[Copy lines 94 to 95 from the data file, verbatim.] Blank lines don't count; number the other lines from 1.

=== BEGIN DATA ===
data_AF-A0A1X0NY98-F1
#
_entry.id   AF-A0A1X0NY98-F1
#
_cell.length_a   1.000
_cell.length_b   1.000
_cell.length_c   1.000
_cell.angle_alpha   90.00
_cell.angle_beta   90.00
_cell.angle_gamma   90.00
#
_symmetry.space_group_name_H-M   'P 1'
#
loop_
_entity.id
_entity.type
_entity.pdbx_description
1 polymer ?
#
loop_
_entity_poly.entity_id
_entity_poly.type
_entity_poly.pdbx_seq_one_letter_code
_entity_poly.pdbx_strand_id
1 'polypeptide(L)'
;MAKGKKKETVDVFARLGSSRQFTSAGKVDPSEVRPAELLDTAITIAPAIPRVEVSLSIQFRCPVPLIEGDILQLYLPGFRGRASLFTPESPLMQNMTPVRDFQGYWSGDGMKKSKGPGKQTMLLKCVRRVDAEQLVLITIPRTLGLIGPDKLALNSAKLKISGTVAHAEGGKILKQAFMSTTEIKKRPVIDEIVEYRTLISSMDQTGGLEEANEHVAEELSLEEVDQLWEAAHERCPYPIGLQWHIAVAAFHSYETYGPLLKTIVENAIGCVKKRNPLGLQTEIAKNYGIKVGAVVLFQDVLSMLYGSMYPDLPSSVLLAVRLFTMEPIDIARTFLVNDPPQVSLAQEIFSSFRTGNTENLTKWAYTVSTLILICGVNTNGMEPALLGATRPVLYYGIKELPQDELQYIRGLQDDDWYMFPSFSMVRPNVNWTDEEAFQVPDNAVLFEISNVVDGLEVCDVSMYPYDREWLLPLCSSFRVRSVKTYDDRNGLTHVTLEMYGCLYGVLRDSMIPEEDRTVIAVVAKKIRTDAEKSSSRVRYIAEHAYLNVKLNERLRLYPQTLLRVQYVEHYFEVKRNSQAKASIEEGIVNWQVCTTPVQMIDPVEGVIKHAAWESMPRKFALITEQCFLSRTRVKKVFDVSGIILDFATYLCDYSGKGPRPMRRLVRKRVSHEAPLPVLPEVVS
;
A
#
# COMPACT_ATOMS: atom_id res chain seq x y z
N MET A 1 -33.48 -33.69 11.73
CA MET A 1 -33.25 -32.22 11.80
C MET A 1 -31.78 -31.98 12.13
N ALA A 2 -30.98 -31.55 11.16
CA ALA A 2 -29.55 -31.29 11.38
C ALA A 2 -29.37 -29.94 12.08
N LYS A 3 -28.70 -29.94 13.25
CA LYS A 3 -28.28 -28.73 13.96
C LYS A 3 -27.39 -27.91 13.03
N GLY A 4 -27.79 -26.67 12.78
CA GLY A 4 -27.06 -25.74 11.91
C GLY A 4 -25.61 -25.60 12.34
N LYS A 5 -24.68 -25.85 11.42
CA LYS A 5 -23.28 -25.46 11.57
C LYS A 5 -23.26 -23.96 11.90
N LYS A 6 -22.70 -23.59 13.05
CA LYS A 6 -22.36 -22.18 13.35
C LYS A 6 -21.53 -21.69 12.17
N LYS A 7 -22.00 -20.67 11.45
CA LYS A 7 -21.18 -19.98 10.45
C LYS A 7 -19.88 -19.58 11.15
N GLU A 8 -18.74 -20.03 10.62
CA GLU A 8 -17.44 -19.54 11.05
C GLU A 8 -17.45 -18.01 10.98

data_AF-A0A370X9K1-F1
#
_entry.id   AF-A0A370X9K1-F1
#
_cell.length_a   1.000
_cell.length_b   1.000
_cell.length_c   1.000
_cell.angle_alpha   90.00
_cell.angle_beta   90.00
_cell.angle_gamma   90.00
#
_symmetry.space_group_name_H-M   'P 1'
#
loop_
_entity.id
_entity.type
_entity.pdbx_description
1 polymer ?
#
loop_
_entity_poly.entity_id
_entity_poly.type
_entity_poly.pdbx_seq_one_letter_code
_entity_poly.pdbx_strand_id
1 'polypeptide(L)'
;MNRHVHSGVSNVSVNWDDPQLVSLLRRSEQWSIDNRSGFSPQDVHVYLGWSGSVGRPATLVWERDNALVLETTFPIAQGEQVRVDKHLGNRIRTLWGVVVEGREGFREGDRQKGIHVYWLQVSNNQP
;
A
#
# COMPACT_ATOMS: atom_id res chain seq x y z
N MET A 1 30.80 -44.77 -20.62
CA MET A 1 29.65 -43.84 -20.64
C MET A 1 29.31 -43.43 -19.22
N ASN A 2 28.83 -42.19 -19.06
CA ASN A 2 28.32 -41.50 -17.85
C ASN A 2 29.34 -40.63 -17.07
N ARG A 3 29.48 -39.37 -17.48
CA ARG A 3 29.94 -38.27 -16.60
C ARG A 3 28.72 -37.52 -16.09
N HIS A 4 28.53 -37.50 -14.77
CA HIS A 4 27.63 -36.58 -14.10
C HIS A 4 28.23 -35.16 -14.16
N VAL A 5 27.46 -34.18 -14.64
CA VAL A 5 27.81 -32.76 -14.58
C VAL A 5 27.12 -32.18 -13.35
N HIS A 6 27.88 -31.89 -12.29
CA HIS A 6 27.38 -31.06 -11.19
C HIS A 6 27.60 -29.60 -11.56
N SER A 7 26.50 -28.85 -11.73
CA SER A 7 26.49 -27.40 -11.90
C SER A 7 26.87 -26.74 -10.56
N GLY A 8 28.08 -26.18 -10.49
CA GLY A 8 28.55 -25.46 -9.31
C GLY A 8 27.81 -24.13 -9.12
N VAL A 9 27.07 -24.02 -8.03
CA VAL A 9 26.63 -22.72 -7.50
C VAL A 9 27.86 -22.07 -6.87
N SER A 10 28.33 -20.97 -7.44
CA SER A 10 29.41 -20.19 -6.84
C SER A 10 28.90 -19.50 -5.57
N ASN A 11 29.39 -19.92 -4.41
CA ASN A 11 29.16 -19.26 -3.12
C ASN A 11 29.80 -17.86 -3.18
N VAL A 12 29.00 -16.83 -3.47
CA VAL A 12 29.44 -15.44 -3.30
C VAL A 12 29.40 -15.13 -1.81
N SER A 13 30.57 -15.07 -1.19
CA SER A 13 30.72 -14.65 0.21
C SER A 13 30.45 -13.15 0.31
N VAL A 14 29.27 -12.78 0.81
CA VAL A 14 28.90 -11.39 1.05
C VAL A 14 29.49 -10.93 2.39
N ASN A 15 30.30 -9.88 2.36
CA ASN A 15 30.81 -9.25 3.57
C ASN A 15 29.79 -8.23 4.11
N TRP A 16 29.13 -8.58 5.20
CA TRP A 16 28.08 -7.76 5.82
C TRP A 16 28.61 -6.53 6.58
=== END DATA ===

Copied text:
N HIS A 4 28.53 -37.50 -14.77
CA HIS A 4 27.63 -36.58 -14.10